Patenting, Intellectual Property, etc and Design?

I’ve designed a line of furniture that is based on a particularly creative and original idea. I’m wondering if there is a way that I should protect myself from being ripped off by a more established designer - that can beat me to the promotion and production. I’m an independent craftsman type designer who’s slowly developing the interest (money) to market, advertise, and produce these pieces.

Your thoughts advice is very much appreciated.

in my opinion (and experience) has no sense to invest money and time patenting furniture (styles).
different if you may invented a mechanism, material etc for furniture.
Look at the fashion industry (which has an annual tuernover 3 times that the furniture industry) have you ever seen a patented garmet from Armany? No, Coco Chanel 60 years ago said " I will be concern the day I am not copied"
WHY?; Only leaders are copied, has no sense to copy a3rd or 4th class company.
Good luck and be ready to be copied…

Patents: A new, non-obvious invention related to:

  • devices, machines
  • novel compositions
  • computer software and hardware (i.e. Integrated Circuit)
  • methods of using or manufacturing a device

Majority of traditional patents are “Method of Manufacture” (Herman Miller patented method of attaching fabric in their Aeon office chair). Majority of patents are pharmaceutical formulations, life science related, and software.

For furniture related, you would probably be better off registering a design patent (US), or Industrial Design (Canada, Europe): An original shape, configuration or ornamentation applied to a useful article.

Or be really clever incorporating your “particularly creative and original idea” into a “brand” and register a Trademark (logos, trade names, slogans).

Sorry to say, but in terms of Intellectual Property assessment, you probably do not have a “particularly creative and original idea”. To protect it will require a “particularly creative and original idea”.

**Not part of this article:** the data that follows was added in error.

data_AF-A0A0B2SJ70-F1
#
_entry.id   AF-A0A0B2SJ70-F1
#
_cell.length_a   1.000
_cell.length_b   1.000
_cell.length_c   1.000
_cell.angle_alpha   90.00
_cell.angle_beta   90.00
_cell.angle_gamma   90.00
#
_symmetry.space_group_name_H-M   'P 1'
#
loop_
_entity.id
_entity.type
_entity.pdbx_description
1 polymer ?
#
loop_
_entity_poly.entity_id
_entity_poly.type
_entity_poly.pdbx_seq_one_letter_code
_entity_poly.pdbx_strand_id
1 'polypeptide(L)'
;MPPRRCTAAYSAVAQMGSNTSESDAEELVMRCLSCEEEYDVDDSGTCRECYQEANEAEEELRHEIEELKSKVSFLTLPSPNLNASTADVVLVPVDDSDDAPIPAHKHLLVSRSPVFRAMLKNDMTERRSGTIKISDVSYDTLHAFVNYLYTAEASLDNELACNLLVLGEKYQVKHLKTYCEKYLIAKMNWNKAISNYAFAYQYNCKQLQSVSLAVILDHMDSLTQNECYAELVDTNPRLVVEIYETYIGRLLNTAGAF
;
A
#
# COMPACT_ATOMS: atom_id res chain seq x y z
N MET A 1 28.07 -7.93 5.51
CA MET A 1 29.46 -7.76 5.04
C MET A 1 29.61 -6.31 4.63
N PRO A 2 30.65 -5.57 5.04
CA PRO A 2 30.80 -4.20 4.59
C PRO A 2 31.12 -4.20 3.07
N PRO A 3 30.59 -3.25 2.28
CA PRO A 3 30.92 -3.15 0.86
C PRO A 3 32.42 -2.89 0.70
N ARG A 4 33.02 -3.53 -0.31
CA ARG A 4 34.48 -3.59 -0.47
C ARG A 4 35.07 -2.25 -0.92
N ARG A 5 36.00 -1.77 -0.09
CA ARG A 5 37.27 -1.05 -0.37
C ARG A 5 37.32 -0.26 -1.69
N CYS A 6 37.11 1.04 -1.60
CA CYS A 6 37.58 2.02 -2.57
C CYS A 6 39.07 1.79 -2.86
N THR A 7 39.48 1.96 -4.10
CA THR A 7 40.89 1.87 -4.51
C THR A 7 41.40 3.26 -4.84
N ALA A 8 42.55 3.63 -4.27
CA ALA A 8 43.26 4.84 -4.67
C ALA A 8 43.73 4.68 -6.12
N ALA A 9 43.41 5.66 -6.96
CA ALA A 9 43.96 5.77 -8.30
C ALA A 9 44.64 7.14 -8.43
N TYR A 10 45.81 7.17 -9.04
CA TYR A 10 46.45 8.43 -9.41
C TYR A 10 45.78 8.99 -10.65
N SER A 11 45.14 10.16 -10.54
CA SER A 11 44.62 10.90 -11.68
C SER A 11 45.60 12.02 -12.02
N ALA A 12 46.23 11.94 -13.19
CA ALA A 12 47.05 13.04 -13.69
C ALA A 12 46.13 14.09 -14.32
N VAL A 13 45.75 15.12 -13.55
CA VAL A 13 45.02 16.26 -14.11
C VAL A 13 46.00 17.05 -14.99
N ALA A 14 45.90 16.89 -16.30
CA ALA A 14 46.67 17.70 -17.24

I’m not sure what point you are trying to make.

I hold several utility patents around furniture. They all cover unique structures, new mechanisms and functionality. Utility patents are not limited to manufacturing processes.

Design patents are a waste of time unless your product is easily recognizable based on extensive marketing efforts behind it (the iPod would be a good example). Even that does not guarantee protection. Design patents are subjective and easily defeatable by changing one minor design detail still allowing for your “look” to be ripped off.

The simplest way to protect intellectual property is to date sketches/drawings and mail them back to yourself. This ensures that your works are officially dated by a 3rd party (the Post Office in this case). You can then show it to others and have a slight legal foothold by claiming prior art.

Of course this is all mute if you did not do your homework and ensure someone else hasn’t already patented what you think is your unique idea.

The poor man’s patent (self-addressed envelope trick) is pretty shaky legally, but it only costs you 39 cents, so no big deal really.